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    • Thank you Cathy. That’s so true, each year does bring its trials and tribulations. In fact, no two years are every alike. Tried and tested plants do fabulously one year and inexplicably fail the next. I’m sorry to hear about your garden woes. Some really large shrubs here are seriously wilting. There is just one I’m watering, an evergreen my grandfather bought me for my 30th birthday. I’m also taking cuttings just in case. Yes, I’m so lucky to have had Joan in my life. She was a truly special person and someone I will try to emulate. She always put everyone else first and cared deeply about her family, which is why dementia was particularly cruel for her, and painful for us to witness. I’m starting to pick myself up and move forward, although I admit, it’s been hard. Take care, and thanks again for your kind words which mean a lot. Xx

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    • Oh yes, and I’ve just checked and my Plants from Love Orchids have just come into flower again. Such a joyful sight. Have a great weekend. Keep an eye out for more book review. There’s three coming.

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  5. I’m so sorry Joan’s mind went before she did. I found the posts you wrote about her very touching. You worked hard to keep her grounded in reality. That kept her connected far longer than if you hadn’t grown and arranged flowers for her. What a lovely bond you had!

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  6. Lovely arrangement, Karen. Gardening and flower arranging are a good remedy for a sad heart, I find. I’m sorry for your grief, but it is an indicator of the great love you shared. Kahlii Gibran wrote: ‘the more sorrow carves into your being, the more joy you can contain.’ May time ease your loss.
    It has been so dry here as well, presently 34C with another day to go before it breaks. I use soaker hoses in the cutting bed, but all else is looking bleak. I fear for my lace cap hydrangea, which had such a lovely June bloom, but it is looking quite wilted and crisping. I’m hoping for thundershowers tomorrow, fingers crossed!

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    • Thank you Eliza. Wise words. I’ll heed them. Thank you. They are a comfort. We are heading for 30C again next week . There’s no sign of any rain. Soaker hoses might be the way forward. I have a gorgeous lace cap hydrangea called Gypsy. It looked wonderful in June and is now a very sad sight indeed. Hopefully it will recover next year. Fingers crossed. Thanks for reading the blog. Have a good weekend. Karen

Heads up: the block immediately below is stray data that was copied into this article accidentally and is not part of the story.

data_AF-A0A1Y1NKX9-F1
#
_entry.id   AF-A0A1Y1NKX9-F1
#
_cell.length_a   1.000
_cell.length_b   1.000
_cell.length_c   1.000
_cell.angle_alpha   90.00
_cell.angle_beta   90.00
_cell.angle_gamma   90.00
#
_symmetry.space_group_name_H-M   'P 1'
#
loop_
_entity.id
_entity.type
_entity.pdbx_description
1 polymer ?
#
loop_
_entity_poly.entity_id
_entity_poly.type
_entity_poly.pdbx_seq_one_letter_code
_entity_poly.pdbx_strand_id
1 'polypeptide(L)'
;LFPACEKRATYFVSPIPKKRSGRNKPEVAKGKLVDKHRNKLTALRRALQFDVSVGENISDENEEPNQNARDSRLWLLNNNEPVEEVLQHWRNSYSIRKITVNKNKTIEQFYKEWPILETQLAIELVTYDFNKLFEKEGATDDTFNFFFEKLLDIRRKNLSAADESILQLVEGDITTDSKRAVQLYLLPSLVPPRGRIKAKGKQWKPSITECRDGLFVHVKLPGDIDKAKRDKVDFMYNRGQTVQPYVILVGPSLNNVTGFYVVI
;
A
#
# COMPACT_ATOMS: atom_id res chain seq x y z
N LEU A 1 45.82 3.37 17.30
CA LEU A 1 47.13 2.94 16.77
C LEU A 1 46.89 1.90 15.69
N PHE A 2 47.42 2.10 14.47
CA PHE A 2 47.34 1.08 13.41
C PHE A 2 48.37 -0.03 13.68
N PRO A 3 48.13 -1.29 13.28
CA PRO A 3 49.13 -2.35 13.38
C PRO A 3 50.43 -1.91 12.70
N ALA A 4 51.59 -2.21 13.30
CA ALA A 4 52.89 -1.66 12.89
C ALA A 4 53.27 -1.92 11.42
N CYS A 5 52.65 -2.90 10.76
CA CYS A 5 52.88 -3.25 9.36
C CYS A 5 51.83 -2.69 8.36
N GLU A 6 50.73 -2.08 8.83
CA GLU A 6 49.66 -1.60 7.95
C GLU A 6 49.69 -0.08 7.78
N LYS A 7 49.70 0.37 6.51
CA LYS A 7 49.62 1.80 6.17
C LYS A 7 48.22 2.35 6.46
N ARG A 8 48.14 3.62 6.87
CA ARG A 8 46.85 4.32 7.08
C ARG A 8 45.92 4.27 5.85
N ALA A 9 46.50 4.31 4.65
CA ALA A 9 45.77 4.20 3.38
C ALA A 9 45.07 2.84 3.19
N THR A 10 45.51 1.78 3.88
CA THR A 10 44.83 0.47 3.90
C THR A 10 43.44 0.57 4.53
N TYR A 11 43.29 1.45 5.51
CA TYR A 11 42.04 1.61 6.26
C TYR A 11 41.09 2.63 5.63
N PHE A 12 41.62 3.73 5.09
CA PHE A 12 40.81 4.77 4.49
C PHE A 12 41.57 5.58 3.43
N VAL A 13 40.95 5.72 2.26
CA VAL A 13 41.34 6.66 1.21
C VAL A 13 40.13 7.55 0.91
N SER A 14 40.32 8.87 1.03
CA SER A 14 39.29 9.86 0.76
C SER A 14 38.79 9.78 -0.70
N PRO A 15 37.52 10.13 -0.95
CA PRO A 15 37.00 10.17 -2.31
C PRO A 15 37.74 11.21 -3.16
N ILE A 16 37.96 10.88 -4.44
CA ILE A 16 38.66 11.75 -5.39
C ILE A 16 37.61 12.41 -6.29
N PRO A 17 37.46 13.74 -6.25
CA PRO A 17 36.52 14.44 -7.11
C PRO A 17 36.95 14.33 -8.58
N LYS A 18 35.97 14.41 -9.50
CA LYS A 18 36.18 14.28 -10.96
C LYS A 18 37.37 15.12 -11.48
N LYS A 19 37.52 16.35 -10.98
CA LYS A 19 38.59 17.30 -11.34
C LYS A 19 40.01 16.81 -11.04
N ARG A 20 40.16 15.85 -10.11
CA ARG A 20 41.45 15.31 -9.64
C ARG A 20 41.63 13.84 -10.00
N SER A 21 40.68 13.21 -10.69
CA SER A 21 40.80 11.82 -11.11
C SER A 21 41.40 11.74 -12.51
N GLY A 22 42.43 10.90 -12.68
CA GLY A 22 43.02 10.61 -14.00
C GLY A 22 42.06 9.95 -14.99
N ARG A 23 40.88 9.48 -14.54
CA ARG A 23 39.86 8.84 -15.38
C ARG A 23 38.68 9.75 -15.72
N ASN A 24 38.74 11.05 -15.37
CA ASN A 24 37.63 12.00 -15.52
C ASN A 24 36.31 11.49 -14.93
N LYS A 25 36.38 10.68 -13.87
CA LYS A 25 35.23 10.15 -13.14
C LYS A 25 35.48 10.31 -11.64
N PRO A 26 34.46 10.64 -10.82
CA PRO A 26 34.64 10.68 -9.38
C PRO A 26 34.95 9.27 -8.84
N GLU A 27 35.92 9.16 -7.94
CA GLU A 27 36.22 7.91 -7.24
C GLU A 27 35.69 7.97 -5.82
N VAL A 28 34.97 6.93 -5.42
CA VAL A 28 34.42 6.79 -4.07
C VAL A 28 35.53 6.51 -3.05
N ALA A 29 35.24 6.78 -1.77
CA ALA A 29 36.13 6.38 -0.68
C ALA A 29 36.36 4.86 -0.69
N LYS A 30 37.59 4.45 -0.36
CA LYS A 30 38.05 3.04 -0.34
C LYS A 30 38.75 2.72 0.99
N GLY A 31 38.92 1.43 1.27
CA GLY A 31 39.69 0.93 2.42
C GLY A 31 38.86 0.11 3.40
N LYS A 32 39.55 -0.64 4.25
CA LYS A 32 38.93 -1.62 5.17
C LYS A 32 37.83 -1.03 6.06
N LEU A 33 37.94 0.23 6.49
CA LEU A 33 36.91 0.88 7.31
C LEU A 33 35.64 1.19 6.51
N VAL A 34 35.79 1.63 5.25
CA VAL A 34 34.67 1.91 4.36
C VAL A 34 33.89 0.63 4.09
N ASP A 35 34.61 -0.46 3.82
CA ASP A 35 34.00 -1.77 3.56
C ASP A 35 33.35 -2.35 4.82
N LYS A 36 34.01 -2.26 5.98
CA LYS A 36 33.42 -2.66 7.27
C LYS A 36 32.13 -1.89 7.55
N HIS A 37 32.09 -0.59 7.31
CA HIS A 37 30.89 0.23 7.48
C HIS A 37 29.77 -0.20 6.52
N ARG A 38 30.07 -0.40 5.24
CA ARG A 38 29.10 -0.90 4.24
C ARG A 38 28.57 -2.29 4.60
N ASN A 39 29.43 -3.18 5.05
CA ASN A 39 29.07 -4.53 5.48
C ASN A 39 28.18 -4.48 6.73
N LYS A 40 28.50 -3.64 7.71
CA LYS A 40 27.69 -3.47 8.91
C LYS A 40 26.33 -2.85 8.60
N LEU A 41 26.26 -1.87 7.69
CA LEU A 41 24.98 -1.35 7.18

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  7. You have created a really superb flower arrangement. It does you and Joan proud. How long did it take you to prepare and complete the arrangement; also, where are you going to keep it? Do such arrangements thrive for very long? I suppose the main care instruction would be to ensure they are regularly watered.

    One of the issues with many Dementias is maintaining old memories. In the two years where family and friends contact was cut, there were more quicker complete demise of memories than perhaps we may have seen. It has been a very difficult time for so many people. We now have a need to live again for our current and future generations. Producing as you do, such beautiful arrangements, having such a personal and palpable connection to your gardening will, I am sure, have a role to play in the development of the task. X

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    • Thank you for your kind words. Very true. The two years where contact was limited due to covid didn’t help at all. Our care homes were in lockdown longer than any other in the country. With regard to the arrangement, it took me about half an hour to cut the flowers and arrange them in the container. It’s currently on the kitchen table and because it’s high up, all the notebooks, magazines and general clutter are below it. It’s not a tidy household I’m afraid. The scent from the roses is worth having it close up, mind you. I water it every day with very cold water. Sometimes a drop ice cubes in the middle which is an easy way to water and keeps flowers cool. I also mist over the flowers twice a day. I keep my mist spray right by the container to remind me. I expect it will last about 7 days. I’ve dead headed the roses, and I’ll probably add a couple of fresh flowers and remove the faded ones because the foliage will last a fortnight at least. The echinops, carnations and gladioli last the longest. Roses go over quicker. Thanks as ever for reading my blog and for taking the time to write. Karen

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  8. My condolences on your loss, Karen. It’s so lovely to hear of the close relationship you had with Joan. You must have many lovely memories of her from the years before dementia affected her. The flowers are gorgeous, despite the drought. I particularly love the gladioli – and the spring onions! Best wishes to you.

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    • Thank you for your very kind words Denzil. It is much appreciated. I do have wonderful happy memories and the friendship will always be something I’ll treasure. I was so lucky to have Joan as my mother-in-law. She was one of life’s truly special people, kind and generous and always putting others before herself. Thanks again for reading the blog and taking the time to comment. Best wishes to you in return. Karen

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    • Thank you Noelle. Yes, some of the cracks are wide enough to trip you over here! I’m going round filling all the bird baths up as the pond has completely dried out. Luckily the tadpoles have all hatched now and there are some dragonflies patrolling the garden. My poor mature beech trees are looking very sad indeed. A row of them has lost a quarter of the leaves. Thanks for reading and for your kind comments which are much appreciated. x